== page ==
My Solo Kitchen

Recipes for One

 

My Solo Kitchen

Recipes for One


The New York Times recently published an article called
Scaling Down Recipes for Small Batches by Erin McDowell, a resident baker at Food52 and author of The Book on Pie. The article talks about a growing need for small batch recipes in light of the pandemic, when smaller households don’t want to be stuck with leftovers or when baking ingredients are in short supply. 

One line jarred me immediately. “I love to bake,” McDowell says, “but I live alone with my husband.” This is an oxymoron, a contradiction in terms that a second grader could spot but that the Times chose to overlook. One commenter provided the basic math: “Alone is just one person. Add a person—the first is no longer alone.” 

Cooking for two is often lumped together with cooking for one, but they couldn’t be more different. When you cook with and for another person, the entire dynamic shifts. A negotiation takes place at every meal: what to eat, who is doing the shopping/cooking/cleaning, whether or not to order takeout/where from/what to get. You also have someone to share in the cost, the preparation, and the cleanup, someone to help you eat the leftovers. The only similarity is that single cooks and couples both need less food than a standard recipe makes. It’s important to make this distinction. It’s important to define “alone” as one person and to own it. 

The article was otherwise unremarkable, but the comments were both fascinating and infuriating. For every one person who thanked the author for the article or explained why small batches worked better for their lifestyle (ingredients are expensive, storage space is limited, they don’t want the extras or have someone to take them), ten more rose up to disparage them and the entire small batch idea. These commenters didn’t understand why you wouldn’t just freeze the extra three dozen cookies or give the majority of what you make to neighbors or friends or organizations in need. They couldn’t fathom why you would bother baking at all just to produce so little.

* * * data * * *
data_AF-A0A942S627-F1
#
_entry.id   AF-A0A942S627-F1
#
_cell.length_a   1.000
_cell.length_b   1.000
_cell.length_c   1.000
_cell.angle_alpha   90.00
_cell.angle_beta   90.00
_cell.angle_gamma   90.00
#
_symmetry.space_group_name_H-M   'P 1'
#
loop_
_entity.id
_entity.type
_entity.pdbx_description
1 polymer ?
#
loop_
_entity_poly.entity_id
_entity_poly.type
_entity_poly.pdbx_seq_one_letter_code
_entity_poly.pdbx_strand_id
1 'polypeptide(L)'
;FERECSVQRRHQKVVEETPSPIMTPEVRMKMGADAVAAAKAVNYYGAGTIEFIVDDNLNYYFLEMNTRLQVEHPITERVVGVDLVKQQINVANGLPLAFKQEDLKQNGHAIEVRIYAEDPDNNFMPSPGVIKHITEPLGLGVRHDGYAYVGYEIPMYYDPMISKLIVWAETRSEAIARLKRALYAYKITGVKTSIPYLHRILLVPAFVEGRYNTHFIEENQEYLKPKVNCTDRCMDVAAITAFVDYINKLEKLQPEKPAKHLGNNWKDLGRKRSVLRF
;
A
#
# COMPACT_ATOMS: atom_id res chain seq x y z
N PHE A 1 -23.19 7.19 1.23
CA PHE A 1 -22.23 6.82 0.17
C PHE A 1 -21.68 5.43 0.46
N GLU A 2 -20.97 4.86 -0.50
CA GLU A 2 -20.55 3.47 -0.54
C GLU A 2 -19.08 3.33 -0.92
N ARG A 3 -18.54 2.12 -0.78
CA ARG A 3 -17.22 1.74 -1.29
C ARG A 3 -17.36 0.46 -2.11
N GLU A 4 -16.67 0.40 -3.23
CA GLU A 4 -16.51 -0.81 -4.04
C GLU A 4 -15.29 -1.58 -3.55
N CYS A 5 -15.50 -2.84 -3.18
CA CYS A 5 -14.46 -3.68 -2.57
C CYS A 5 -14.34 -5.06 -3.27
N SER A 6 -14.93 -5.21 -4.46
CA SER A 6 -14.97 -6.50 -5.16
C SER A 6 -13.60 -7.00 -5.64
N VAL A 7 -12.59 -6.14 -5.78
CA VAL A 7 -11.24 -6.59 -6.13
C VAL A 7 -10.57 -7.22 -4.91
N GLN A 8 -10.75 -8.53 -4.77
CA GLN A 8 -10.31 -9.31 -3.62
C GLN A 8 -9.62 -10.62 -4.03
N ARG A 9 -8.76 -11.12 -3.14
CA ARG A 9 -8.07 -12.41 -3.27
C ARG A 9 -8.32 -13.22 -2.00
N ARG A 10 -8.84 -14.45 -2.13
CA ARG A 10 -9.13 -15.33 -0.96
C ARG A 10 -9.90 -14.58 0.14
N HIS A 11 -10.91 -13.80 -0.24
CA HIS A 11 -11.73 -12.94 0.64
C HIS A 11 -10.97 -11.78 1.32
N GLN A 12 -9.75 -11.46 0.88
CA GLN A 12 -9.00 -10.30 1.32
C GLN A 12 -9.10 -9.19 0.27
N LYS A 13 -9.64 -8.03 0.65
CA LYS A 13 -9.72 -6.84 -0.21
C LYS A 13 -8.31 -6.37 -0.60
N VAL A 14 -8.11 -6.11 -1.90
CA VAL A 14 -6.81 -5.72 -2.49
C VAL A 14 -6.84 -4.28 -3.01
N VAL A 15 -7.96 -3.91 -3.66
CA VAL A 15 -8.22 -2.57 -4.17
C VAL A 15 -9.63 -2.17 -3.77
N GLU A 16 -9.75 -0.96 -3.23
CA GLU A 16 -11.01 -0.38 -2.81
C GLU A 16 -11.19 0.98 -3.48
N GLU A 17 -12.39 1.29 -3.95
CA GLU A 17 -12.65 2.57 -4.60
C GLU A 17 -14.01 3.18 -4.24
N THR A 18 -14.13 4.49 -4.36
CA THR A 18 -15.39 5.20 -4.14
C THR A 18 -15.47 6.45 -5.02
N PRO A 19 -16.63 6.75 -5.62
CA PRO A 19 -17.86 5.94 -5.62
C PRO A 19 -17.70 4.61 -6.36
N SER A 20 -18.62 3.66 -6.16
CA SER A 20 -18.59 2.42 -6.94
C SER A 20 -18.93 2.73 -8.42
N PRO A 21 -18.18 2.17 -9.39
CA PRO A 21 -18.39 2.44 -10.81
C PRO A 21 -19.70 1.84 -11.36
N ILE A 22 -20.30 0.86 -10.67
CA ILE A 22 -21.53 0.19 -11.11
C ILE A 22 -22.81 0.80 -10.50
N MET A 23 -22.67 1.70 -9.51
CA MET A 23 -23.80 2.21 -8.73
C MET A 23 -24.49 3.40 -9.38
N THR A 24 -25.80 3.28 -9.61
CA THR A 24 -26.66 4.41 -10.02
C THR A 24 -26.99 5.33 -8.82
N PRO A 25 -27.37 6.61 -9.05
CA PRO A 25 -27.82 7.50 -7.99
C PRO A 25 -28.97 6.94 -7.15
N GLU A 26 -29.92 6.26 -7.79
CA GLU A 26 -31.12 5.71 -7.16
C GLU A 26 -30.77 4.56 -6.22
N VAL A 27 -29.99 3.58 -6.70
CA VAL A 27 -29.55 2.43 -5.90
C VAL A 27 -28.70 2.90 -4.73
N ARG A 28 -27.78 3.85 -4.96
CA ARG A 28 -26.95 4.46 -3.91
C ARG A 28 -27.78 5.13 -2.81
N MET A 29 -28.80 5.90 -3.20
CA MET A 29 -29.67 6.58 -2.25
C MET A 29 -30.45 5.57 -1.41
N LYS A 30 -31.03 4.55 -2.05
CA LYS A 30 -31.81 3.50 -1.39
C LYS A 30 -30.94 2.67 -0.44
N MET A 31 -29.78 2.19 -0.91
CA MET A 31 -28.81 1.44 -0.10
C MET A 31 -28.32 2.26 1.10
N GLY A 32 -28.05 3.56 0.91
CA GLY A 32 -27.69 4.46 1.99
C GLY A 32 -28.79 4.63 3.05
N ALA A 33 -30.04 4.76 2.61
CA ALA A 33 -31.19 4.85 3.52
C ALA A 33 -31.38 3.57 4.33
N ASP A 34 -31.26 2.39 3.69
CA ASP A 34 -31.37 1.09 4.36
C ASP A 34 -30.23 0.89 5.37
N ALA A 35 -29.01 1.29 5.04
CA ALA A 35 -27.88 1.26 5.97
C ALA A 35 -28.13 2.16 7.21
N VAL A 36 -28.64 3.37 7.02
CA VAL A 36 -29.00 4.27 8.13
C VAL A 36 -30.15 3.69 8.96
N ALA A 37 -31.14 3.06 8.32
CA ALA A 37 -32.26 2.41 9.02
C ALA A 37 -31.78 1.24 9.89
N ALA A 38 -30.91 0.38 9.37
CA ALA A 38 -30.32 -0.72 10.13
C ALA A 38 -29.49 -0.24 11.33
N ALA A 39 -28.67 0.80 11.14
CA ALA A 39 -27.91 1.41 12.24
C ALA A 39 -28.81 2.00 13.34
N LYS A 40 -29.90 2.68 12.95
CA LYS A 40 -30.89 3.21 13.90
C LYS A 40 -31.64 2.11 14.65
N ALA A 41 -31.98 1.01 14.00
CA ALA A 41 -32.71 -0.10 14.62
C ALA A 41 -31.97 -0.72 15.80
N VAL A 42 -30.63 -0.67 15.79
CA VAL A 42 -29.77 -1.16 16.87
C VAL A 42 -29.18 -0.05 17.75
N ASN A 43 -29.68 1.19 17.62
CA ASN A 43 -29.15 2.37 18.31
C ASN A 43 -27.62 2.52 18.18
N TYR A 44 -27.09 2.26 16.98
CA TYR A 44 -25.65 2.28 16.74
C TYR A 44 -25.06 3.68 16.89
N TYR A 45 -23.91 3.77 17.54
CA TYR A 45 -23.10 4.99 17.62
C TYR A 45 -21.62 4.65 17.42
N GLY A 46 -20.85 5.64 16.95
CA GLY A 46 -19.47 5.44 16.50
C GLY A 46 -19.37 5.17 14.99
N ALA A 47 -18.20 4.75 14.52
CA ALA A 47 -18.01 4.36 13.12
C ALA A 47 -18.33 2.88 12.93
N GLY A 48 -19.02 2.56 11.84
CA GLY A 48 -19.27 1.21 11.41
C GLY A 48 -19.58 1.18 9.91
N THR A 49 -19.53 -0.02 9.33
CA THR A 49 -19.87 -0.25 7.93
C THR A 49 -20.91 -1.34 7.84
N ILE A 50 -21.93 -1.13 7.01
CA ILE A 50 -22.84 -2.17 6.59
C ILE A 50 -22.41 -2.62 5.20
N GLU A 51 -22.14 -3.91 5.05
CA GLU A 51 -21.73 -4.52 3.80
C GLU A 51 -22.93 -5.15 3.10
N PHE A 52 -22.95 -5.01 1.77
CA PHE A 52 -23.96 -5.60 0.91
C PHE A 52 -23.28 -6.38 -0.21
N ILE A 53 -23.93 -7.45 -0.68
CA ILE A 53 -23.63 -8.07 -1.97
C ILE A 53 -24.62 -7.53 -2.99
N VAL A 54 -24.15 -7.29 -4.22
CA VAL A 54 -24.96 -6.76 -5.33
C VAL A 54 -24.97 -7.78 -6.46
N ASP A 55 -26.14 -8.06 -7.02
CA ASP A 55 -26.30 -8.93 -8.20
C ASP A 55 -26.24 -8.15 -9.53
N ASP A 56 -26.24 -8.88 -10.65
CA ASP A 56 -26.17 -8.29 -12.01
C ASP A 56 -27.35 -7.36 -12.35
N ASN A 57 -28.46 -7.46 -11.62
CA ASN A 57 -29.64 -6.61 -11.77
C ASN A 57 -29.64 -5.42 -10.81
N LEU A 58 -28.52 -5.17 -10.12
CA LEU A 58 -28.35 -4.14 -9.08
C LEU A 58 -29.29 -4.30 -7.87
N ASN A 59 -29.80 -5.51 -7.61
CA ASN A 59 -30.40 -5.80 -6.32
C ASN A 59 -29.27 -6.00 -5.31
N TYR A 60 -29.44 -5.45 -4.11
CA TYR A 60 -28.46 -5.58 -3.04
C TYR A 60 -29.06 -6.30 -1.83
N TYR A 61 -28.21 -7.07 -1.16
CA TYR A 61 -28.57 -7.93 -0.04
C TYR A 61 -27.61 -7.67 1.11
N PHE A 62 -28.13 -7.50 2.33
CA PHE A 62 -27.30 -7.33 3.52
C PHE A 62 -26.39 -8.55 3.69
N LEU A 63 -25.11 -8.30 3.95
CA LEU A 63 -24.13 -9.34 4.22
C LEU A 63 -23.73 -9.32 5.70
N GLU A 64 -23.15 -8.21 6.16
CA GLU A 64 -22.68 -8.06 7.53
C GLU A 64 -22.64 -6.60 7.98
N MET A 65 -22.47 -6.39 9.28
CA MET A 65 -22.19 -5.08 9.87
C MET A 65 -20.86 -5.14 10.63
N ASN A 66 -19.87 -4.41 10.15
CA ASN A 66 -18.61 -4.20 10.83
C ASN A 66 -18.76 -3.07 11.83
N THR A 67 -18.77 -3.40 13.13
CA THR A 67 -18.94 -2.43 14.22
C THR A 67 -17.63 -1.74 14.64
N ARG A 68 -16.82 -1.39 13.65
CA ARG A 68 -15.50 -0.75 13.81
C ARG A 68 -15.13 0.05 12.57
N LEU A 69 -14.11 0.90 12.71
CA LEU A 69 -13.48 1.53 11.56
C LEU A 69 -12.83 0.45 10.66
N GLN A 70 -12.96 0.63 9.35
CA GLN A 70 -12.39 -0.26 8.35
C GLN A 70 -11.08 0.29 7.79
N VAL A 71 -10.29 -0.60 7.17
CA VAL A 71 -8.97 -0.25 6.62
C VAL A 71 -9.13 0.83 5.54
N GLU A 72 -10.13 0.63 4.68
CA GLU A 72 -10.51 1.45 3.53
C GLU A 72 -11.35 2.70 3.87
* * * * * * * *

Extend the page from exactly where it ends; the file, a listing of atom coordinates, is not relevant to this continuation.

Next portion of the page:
It’s an example of a conversation I’ve had and heard many times. It goes something like this:

Solo cooks: Your recipes/meal plans/shopping guides don’t work for me. What I need is THIS.
Everyone else: Why can’t you just deal with it? Spend more! Freeze it all! Give it away!
Solo cooks: Because for me that’s a waste of food and money. I like to cook and bake. I like fresh, homemade meals. I just need recipes that work for me.
Everyone else: But WHY can’t you just… (see first response).

Getting others to hear and understand the needs of single cooks and our potential power as an audience feels like shouting into a void. It feels like pushing against a gale force wind that’s howling, “You don’t exist! You don’t matter! Just deal with it!” It’s exhausting. But I’ve had too many conversations and seen too many comments about this to give up now. We may be a chorus of cooks shouting into a void, but the void is getting smaller. And we’re only getting louder.

[Cookie recipe: Crunchy Chewy Salted Chocolate Chunk Cookies]